A monopoly granted to the London Dock Company meant that for 21 years, all vessels entering the Port of London with cargoes of tobacco, rice, wine and brandy (except vessels from the East and West Indies) had to unload at London Docks. The London Docks stored liquor, tobacco and other precious goods in bond in the vaults. The merchandise was guarded by the police and opened for inspection, sampling and trading by Customs and Excise and merchants holding 'tasting permits'.
Two of the most important commodities for the London Docks were tobacco and wool. The 'Tobacco Warehouse', covered five acres of land and was rented by the government for around £15,600 per year. The 'Great Wool-Floor' at the London Dock was famous for its weekly public sales of wool. Up to 25,000 bales were sold every week, employing 200 men and making £2.6 million per annum.
The London Docks system was initially built solely for the use of sailing vessels. The shape and size of the dock enabled a relatively easy transition from sail to steam in the late 19th century. However, as vessels increased in size into the 20th century, the docks struggled to cope. By the 1930s, up to 30 vessels could dock at any one time, with a gross tonnage of 25,000 tons. As container ships became more popular, the London Docks became unable to cope with their size.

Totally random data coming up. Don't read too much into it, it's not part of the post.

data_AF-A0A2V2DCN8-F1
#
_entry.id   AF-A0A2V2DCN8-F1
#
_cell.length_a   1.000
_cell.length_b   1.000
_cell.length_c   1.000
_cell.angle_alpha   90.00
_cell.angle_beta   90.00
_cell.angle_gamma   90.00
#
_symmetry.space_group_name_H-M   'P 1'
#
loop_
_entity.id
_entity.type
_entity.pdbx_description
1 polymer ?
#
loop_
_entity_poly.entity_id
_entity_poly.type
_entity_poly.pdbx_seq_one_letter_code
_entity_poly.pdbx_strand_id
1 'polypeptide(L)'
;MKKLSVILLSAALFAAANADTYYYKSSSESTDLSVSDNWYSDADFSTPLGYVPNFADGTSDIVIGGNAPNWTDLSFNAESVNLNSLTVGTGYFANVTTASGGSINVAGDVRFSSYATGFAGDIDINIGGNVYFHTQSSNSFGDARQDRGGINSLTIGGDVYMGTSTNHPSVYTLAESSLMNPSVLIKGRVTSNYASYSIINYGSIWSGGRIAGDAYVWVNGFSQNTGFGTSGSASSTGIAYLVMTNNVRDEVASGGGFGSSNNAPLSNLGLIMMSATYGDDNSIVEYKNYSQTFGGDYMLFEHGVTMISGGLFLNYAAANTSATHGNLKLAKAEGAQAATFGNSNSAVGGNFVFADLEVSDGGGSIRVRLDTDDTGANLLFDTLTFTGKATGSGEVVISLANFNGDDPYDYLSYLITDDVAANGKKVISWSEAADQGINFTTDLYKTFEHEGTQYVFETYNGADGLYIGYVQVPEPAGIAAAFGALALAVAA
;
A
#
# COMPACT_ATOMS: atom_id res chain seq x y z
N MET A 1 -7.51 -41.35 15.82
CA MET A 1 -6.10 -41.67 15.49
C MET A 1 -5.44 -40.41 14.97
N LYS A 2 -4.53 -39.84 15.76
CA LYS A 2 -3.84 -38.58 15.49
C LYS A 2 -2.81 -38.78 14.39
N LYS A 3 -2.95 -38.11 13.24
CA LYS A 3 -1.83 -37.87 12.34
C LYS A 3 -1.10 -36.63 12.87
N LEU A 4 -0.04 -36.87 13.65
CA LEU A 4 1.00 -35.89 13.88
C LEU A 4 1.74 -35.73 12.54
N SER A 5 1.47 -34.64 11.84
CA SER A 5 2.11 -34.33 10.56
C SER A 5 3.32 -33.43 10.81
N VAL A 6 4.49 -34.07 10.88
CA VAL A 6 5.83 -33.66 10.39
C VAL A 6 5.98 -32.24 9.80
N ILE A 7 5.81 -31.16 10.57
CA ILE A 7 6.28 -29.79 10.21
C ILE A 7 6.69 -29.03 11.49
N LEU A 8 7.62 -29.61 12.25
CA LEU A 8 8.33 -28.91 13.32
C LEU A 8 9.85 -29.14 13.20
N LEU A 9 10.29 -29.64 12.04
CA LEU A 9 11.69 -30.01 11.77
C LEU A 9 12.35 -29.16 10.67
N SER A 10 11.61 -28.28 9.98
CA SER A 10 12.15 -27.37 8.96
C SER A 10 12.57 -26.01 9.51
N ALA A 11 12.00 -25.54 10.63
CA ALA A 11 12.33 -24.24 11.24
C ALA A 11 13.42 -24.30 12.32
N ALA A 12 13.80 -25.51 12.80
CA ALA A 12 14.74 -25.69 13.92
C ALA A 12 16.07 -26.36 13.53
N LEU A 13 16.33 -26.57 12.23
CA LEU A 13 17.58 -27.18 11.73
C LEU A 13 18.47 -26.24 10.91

Rubble and soil was shipped up the river in barges and laid as the foundations for Pimlico.
The dock system consisted of two main basins, the Western Dock and the Eastern Dock, with a small basin known as the Tobacco Dock linking the two.
The docks were accessed from the river by three small basins, the Wapping Basin (12.19 metres in width) and the Hermitage Basin (12.19 metres in width) linking the Western Dock and the Shadwell Basin (13.72 metres in width) linking the Eastern Dock.
There were 6 quays in the docks, able to berth 302 sailing vessels.
There was 50 acres of warehouse space, containing 20 warehouses, 18 sheds and 17 vaults. The vaults covered around 20 acres of cellarage, built with ventilated vaulting.
A small permanent workforce was formed within 3 months of opening, including a Superintendent of the Dock and a Dockmaster. However, this was supplemented by a large casual workforce, which could number as many as 3000 labourers.
The London Dock Company have a Parliamentary Act passed to enable the construction of a dock system at Wapping
26 June 1802
The foundation stone is laid by the Prime Minister, Henry Addington
Joseph Boulderson is appointed as Superintendent of the Dock and Captain Francis Walton is appointed as Dockmaster
31 January 1805
London Docks are opened to shipping
The warehouses are completed
A central jetty is built
Two new locks are built, both 18.29 metres wide
4 May 1926
London Docks are brought to a standstill by the General Strike
12 May 1926
The General Strike ends
The PLA builds bulk wine installations, with a capacity of 800,000 gallons
Many of the warehouses are closed, and only the carpet trade continues in No.10 warehouse